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Will Robots Change our Spirituality?

Written By: Kyle Campbell

Last week, David O’Hara published a piece titled, “How Robot Priests Will Change Human Spirituality.” He explores the interesting question of what to do when someone makes a machine that is actually intended to play the role of a preacher or function in a ministerial role. Some preachers joke that they help people “hatch, match, and dispatch,” by celebrating births, weddings, and funerals. They joke, but even if we aren’t religious, we do tend to trust professionals to guide us through those serious moments.

However, we’re being given more and more opportunities to trust machines to act in the roles of ministry. The company SoftBank Robotics created Pepper the robot to chant at Buddhist funerals in Japan, and a church in Germany programmed a machine to pronounce traditional blessings. Very recently in Dubai, the government’s cultural and Islamic affairs agency IACAD launched the first-ever “Virtual Ifta” that uses A.I. to issue fatwas. Other groups have experimented with machines that can hear confessions, offer prayers, or even offer sacraments.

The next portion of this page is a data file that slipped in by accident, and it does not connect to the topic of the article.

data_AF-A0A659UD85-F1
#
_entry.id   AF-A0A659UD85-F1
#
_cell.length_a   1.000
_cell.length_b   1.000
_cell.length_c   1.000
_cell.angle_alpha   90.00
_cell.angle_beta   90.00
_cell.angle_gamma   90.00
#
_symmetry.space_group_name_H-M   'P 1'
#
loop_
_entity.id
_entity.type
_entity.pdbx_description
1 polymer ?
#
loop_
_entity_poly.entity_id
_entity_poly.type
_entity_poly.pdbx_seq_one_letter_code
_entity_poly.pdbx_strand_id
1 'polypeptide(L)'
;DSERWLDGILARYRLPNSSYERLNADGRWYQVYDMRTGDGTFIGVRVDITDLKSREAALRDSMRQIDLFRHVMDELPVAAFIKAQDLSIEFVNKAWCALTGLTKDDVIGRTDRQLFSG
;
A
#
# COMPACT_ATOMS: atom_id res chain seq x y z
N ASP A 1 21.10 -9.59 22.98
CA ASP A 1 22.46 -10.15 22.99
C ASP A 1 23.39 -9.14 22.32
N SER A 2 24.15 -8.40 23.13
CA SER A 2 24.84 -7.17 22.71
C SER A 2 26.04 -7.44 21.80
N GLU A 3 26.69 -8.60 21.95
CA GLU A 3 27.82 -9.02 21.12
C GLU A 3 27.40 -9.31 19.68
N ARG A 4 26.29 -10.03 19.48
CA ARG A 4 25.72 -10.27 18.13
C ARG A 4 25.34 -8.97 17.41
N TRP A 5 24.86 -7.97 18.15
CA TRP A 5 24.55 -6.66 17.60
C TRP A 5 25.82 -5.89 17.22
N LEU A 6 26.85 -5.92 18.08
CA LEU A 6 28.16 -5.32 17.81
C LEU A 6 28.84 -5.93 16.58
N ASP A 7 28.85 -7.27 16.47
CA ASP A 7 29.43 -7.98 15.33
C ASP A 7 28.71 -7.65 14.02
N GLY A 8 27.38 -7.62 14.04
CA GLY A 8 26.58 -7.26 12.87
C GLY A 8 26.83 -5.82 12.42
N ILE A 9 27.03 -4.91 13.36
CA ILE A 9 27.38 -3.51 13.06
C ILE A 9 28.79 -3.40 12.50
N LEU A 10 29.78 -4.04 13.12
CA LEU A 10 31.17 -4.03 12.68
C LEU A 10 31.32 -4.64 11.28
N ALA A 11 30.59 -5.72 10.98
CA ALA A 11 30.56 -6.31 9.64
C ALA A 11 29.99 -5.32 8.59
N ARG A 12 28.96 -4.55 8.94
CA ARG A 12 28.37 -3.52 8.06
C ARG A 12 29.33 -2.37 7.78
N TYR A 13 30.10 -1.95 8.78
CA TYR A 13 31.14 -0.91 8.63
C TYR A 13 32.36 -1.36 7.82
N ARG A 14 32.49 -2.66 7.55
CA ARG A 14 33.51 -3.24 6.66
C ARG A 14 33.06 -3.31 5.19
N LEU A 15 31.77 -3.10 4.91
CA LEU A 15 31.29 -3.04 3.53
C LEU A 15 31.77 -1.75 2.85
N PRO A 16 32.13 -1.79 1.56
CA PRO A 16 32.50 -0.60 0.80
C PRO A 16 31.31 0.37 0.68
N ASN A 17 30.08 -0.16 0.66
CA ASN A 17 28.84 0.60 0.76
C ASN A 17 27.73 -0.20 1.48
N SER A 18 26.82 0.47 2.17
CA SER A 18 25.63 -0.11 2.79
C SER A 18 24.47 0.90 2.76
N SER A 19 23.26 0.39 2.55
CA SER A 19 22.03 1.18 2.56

A machine that resembles a human could chat all night with a lonely person, and might make a very good counselor. It could offer comforting words at the bedside of someone who suffers from dementia, or who needs a listening ear. It could read stories or sing songs. Why not automate the singing of hymns, the reciting of scripture, the chanting of prayer, the pronouncement of blessings? All of those things are desirable, at least to some people.

But are there kinds of work, like caring for Christians, that we should not automate? Tools amplify our efforts, but they cannot share our experience as an empathetic companion. As a preacher, I’ve lived through decades of people feeling awkward around me, not relating to me, and even refusing to talk to me — because of what I am. But the answer doesn’t like in changing the nature of human relationships that God ordained. Over and over again, the New Testament encourages us in our work to “one another,” and that shouldn’t be handed off.

Kyle Campbell

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